Have Judges Finally Had Enough of Verbosity?

by Matthew Salzwedel on November 15, 2012

birdWith thoughtful, careful revising, and a little humility, lawyers can cut pages of verbosity and fluff from their legal briefs. Judges have always known that, and have always told lawyers to do it. Yet lawyers, self-righteous and self-indulgent to a tee, don’t listen.

It seems, though, that at least one federal judge has had enough.

In August, U.S. District Court Judge Steven D. Merryday denied a party’s request for leave to file a motion that exceeded the court’s 25-page limit.

Annoyed that he had to even consider the request, Judge Merryday revised part of what the lawyers proposed to file to show why the lawyers didn’t need the extra pages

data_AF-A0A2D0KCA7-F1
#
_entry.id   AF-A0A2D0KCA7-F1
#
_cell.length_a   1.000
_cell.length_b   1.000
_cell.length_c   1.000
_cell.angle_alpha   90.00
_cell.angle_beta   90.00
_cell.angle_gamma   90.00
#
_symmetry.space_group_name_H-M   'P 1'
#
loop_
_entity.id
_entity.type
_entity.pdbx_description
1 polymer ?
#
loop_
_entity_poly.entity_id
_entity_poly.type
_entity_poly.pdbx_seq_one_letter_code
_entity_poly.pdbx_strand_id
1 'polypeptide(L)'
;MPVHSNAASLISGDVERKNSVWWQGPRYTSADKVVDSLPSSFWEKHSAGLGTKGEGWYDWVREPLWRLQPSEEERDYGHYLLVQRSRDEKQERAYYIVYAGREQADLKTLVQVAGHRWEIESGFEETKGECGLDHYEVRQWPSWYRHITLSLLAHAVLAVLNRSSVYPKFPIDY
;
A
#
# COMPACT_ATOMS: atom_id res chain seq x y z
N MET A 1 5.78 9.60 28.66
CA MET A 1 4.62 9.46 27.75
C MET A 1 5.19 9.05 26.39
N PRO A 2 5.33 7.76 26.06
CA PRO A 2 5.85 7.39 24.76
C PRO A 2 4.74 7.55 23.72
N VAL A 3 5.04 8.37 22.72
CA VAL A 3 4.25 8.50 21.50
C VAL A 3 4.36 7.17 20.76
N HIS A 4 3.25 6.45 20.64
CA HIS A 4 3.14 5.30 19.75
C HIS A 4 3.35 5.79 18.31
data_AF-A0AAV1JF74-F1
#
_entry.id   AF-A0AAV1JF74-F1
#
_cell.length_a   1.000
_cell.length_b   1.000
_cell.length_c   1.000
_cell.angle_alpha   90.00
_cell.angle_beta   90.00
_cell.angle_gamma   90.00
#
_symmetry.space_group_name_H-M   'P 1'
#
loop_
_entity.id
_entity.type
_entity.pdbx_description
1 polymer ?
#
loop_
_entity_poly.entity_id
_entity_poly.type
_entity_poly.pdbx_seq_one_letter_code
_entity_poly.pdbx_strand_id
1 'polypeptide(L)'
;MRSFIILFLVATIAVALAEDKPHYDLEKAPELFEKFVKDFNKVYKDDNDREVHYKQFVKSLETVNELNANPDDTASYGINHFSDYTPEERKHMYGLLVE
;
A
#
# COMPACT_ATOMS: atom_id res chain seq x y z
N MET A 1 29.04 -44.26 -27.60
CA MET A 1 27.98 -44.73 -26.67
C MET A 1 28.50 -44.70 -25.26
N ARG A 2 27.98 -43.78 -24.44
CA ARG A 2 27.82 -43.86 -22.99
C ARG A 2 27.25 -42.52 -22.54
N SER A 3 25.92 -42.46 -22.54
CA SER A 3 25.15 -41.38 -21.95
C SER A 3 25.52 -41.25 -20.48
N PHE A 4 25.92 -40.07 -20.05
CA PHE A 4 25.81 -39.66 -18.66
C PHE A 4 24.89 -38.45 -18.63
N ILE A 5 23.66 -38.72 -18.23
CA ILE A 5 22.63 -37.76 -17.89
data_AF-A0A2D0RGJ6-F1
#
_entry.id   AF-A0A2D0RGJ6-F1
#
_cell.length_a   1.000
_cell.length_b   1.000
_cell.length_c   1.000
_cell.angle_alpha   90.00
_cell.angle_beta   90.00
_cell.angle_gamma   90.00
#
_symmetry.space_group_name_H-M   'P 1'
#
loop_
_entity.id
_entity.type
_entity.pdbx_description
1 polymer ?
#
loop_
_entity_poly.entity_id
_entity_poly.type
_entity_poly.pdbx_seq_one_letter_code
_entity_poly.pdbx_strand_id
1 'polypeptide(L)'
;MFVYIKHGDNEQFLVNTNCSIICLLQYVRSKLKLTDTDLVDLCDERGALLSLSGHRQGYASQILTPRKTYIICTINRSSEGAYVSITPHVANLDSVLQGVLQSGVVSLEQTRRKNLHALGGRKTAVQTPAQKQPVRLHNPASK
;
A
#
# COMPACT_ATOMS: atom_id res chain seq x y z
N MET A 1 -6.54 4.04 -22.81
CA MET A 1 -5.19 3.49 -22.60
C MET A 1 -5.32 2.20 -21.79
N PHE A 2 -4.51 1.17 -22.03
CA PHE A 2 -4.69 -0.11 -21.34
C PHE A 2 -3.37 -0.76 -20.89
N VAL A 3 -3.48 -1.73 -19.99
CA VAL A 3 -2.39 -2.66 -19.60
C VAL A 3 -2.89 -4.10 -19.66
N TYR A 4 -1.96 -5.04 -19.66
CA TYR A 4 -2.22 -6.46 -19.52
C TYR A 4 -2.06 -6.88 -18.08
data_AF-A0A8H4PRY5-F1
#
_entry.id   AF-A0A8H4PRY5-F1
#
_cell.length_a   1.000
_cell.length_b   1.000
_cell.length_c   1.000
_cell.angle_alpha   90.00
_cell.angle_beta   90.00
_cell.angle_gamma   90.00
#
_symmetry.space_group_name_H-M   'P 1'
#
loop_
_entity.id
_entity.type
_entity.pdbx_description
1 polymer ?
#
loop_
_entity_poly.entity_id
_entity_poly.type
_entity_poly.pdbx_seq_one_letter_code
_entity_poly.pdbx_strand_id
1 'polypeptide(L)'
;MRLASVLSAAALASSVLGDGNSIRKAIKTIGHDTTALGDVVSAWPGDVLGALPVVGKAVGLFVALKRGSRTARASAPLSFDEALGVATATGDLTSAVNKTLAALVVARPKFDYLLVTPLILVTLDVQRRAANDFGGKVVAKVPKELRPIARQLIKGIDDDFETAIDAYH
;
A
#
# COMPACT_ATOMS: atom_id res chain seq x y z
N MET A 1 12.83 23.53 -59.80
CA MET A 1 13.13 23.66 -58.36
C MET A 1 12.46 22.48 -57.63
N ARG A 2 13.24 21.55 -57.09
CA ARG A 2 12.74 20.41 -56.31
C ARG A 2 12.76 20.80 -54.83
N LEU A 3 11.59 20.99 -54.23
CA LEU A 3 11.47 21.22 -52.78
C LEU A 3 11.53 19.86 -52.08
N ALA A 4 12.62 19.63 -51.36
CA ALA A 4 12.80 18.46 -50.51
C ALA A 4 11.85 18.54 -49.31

As the Legal Writing Prof Blog points out:

By eliminating “redundancy, verbosity, and legalism,” the judge reduced one of the lawyer’s passages from approximately 125 words to 47 words. He then suggested that the lawyer apply the same technique to comply with the page limit.

Here’s Judge Merryday’s order denying the motion and citing Bryan Garner’s The Elements of Legal Style as his authority.

Will this begin a trend? Sometimes public shame is a powerful motivator.

(photo: http://www.flickr.com/photos/mythoto/5067114440/)

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